Asian Art
Artist: Yashima Gakutei, Japanese, ca. 1786–1868

Scholar’s Alcove with a Portrait of Hitomaro

1819 (Year of the Hare)

Surimono, shikishi-ban; polychrome woodblock print with brass, gold, and silver pigment and gauffrage

sheet: 8 1/4 × 7 3/16 in. (21 × 18.2 cm)
Gift of Virginia Shawan Drosten and Patrick Kenadjian, B.A. 1970

八島岳亭 人麻呂像のある書斎風景 江戸時代

Kakinomoto no Hitomaro, portrayed in the black ink rubbing hung at right in the scholar’s alcove seen in this print, is considered a saint among poets in Japan, and the scene most likely depicts a poetry party. Hitomaro’s poems express the feelings of an active participant in life rather than those of a detached observer. His use of ordinary words often creates surprising effects. The three poems on this print pay homage to one of his poems, which reads: “Dimly, dimly, in the morning mist of Akashi Bay, I think of a boat going island-hidden.” In this poem, one senses Hitomaro’s sadness in seeing someone off in a boat that disappears behind an island in the morning fog. All three poems here start with “Seen dimly, dimly,” repeating Hitomaro’s wording, but are then shaped to be appropriate for New Year’s themes.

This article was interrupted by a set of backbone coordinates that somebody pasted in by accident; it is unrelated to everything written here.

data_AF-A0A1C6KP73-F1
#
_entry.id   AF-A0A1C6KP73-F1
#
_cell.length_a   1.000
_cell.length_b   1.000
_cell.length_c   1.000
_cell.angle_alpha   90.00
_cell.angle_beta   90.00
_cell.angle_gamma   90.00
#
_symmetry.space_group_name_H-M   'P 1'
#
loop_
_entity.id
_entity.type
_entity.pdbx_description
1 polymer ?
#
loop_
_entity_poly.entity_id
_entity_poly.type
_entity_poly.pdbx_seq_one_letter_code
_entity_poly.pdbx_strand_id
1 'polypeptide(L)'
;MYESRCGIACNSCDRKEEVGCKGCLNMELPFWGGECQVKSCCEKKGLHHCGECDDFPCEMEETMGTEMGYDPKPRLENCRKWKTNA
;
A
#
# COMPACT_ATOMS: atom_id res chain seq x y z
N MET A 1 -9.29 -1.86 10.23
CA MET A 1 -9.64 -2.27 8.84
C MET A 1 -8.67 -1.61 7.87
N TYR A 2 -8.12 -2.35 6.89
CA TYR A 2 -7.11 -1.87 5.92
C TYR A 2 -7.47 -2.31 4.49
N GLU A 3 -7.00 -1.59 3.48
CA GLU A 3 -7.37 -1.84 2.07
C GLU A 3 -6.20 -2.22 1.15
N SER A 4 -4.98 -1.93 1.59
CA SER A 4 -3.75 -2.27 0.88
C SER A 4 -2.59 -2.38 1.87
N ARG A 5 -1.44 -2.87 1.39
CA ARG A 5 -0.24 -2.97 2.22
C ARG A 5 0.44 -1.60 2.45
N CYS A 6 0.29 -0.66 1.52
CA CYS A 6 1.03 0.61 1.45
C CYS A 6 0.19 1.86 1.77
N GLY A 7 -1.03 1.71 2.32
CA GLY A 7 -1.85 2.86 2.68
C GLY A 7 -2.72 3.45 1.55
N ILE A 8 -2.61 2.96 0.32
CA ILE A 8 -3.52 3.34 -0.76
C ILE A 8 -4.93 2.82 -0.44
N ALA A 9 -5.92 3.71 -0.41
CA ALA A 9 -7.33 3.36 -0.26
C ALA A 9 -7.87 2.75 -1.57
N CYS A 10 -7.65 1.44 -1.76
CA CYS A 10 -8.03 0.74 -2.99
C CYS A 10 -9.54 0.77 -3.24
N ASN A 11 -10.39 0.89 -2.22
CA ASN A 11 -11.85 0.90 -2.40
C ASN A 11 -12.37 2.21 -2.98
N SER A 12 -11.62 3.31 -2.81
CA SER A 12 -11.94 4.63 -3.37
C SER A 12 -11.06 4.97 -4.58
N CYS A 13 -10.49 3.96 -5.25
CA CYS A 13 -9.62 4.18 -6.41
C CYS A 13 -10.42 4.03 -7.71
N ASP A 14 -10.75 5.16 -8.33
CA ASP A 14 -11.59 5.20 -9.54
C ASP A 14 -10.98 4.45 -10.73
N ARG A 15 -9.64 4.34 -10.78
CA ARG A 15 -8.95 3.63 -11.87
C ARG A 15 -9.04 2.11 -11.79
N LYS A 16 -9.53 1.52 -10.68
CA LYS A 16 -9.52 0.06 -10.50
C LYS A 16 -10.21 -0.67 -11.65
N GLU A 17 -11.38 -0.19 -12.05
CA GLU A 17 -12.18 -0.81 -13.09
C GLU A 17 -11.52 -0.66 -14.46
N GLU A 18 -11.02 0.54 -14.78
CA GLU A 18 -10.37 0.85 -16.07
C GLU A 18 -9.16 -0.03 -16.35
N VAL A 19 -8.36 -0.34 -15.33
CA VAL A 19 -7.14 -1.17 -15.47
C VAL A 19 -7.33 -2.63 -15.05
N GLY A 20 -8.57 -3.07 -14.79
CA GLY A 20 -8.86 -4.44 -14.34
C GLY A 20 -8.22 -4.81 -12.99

Edo period (1615–1868)
Works on Paper - Prints

Joan B. Mirviss (dealer), New York; sold to Virginia Shawan Drosten and Patrick Kenadjian, Koenigstein im Taunus, Germany, 1979 (on loan to the Yale University Art Gallery, New Haven, Conn., 2017–2019); given to the Yale University Art Gallery, New Haven, Conn., 2019


Joan B. Mirviss and John T. Carpenter, Jewels of Japanese Printmaking: Surimono of the Bunka-Bunsei Era 1804–1830 (Tokyo: Ota Memorial Museum of Art, 2000), 108–9, no. 59.

Note: This electronic record was created from historic documentation that does not necessarily reflect the Yale University Art Gallery’s complete or current knowledge about the object. Review and updating of such records is ongoing.